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Wisconsin State Cranberry Growers Association / Thirty-eighth annual proceedings of the Wisconsin State Cranberry Growers' Association. Thirty-eighth convention, Pavilion, near Nekoosa, Wisconsin, August 12, 1924. Thirty-eighth annual meeting, Wisconsin Rapids, Wisconsin, January 13, 1925

Fracker, S. B.
Planning for state-wide cranberry insect control,   pp. 23-27 PDF (1.2 MB)

Page 25

of the northern counties with farmers. Profits in raising potatoes
have hastened the movement until it, in turn, has gone beyond the
legitimate demand and for several years the markets of the country
have been flooded with the particular kinds of products much of the
newly-settled areas are in the best position to produce. It is clear
that this is no time for further increasing the potato growing land
by several million acres and those who are interested in land policies
are considering the best utilization which can be made of the cut-over
*         In view of the adaptability of cranberry growing to couhtry which
cannot be used for any other purpose, all proposals for the develop-
ment of this industry will be given an unusual degree of attention.
In securing hearings for your proposal it is therefore only necessary
for you to point out its relation to the prosperity of the cranberry
industry and the effect that your prosperity will have on the develop-
ment of furthEr extensive tracts adaptable to the growing of this
delicious fruit.
The State Department of Agriculture is thoroughly convinced that
the control of the insect pests and plant diseases of the cranberry is
important for the prosperity of the state, that it is a thoroughly prac-
ticable suggestion, and that the method of securing a specialist to
discover incipient insect and disease outbreaks and propose control
measures for them is the best method of handling the problem. I
have the assurance of the Commissioner if Agriculture that we shall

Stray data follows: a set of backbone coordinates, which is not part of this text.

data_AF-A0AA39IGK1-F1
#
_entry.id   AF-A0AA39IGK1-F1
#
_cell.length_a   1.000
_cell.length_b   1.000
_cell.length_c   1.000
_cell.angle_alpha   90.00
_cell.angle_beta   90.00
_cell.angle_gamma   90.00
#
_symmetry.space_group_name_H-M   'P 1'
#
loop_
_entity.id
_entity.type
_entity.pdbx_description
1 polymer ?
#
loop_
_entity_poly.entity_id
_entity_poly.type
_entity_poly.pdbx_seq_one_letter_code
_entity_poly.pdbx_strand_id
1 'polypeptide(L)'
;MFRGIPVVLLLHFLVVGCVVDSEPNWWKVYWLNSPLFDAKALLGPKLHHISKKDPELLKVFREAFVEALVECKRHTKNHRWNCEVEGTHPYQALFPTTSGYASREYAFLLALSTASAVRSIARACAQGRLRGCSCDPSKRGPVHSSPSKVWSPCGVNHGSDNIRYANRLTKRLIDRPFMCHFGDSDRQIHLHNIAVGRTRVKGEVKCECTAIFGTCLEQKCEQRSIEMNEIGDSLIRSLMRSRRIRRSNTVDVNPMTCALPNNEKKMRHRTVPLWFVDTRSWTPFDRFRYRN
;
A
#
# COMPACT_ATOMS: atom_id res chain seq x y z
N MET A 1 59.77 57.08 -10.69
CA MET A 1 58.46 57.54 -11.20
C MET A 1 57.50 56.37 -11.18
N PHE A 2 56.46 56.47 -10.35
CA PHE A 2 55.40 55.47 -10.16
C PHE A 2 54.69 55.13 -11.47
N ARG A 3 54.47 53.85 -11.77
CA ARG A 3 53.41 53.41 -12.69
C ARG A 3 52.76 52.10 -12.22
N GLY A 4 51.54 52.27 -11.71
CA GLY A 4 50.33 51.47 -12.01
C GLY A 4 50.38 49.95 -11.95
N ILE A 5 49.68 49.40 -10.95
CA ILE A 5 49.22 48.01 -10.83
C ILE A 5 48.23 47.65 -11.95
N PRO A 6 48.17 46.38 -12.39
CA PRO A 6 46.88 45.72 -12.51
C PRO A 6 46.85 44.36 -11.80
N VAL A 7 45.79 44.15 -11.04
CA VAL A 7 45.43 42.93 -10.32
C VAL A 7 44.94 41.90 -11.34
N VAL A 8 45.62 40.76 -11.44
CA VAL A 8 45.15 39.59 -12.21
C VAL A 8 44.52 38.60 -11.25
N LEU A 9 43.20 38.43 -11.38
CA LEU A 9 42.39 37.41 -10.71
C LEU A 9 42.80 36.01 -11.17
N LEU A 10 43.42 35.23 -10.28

do everything in our power to be of assistance in securing the adop-
tion of the plan and working it out in a successful and profitable
PRES. LEWIS: It is necessary that we decide today what form of
assistance we want from the state, and how to go about it. I would
like to have every grower here make known his opinion on this sub-
ject. If they want a fieldman, as Dr. Fracker says, we should state
in our request that we want a fieldman and for what purpose we want
him. We should go down to the legislature with a very definite pro-
gram. We would like to hear dfferent opinions on this subject.
MR. HEDLER: I thought about this matter quite seriously since this
effort was made to get someone to help us as a state aid man. I have
an idea that you have to show these people down there that you've
got the goods, and that it is worth their while and the while of the
state. Perhaps that was done in that way, but we should put it up
to them in a concrete form.
0         We have taken land that wasn't worth much. and would never have
been worth much in anything except the cranberry business. It meant
that this would never have paid the state very much in the way of
taxes if it hadn't been developed. We know that lands suitable for
general farming have to-day a certain value. I have some of it in
the state of Wisconsin, and I know I am paying a big tax on it; but
I also know that the same sort of land we made our marsh out of we
are paying a much smaller tax on than on land suitable for general

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